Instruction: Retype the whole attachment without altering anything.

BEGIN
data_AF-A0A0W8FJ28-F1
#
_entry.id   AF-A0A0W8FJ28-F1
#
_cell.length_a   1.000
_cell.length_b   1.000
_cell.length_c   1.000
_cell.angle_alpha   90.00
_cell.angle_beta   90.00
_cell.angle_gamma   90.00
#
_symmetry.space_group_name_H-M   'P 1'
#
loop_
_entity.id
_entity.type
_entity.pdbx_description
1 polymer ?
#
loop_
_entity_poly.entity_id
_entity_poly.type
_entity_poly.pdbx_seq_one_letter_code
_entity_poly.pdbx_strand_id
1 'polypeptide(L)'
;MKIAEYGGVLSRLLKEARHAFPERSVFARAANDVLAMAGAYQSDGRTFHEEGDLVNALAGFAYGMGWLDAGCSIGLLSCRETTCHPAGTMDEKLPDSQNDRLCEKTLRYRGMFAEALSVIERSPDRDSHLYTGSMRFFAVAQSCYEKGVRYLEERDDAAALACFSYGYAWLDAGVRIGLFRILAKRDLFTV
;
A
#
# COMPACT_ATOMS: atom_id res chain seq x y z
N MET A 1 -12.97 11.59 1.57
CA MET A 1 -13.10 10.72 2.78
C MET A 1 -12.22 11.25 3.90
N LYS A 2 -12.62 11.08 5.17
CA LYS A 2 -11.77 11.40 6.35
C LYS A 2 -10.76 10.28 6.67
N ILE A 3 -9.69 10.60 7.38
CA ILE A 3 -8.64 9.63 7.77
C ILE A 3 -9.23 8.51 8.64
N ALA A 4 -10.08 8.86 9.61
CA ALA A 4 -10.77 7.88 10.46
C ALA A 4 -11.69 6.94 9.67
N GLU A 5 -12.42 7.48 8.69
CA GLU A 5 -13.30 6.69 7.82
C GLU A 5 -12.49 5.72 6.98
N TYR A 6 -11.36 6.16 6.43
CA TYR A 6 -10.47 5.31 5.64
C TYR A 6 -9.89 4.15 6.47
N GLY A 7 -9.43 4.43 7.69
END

data_AF-A0A0W8FJ28-F1
#
_entry.id   AF-A0A0W8FJ28-F1
#
_cell.length_a   1.000
_cell.length_b   1.000
_cell.length_c   1.000
_cell.angle_alpha   90.00
_cell.angle_beta   90.00
_cell.angle_gamma   90.00
#
_symmetry.space_group_name_H-M   'P 1'
#
loop_
_entity.id
_entity.type
_entity.pdbx_description
1 polymer ?
#
loop_
_entity_poly.entity_id
_entity_poly.type
_entity_poly.pdbx_seq_one_letter_code
_entity_poly.pdbx_strand_id
1 'polypeptide(L)'
;MKIAEYGGVLSRLLKEARHAFPERSVFARAANDVLAMAGAYQSDGRTFHEEGDLVNALAGFAYGMGWLDAGCSIGLLSCRETTCHPAGTMDEKLPDSQNDRLCEKTLRYRGMFAEALSVIERSPDRDSHLYTGSMRFFAVAQSCYEKGVRYLEERDDAAALACFSYGYAWLDAGVRIGLFRILAKRDLFTV
;
A
#
# COMPACT_ATOMS: atom_id res chain seq x y z
N MET A 1 -12.97 11.59 1.57
CA MET A 1 -13.10 10.72 2.78
C MET A 1 -12.22 11.25 3.90
N LYS A 2 -12.62 11.08 5.17
CA LYS A 2 -11.77 11.40 6.35
C LYS A 2 -10.76 10.28 6.67
N ILE A 3 -9.69 10.60 7.38
CA ILE A 3 -8.64 9.63 7.77
C ILE A 3 -9.23 8.51 8.64
N ALA A 4 -10.08 8.86 9.61
CA ALA A 4 -10.77 7.88 10.46
C ALA A 4 -11.69 6.94 9.67
N GLU A 5 -12.42 7.48 8.69
CA GLU A 5 -13.30 6.69 7.82
C GLU A 5 -12.49 5.72 6.98
N TYR A 6 -11.36 6.16 6.43
CA TYR A 6 -10.47 5.31 5.64
C TYR A 6 -9.89 4.15 6.47
N GLY A 7 -9.43 4.43 7.69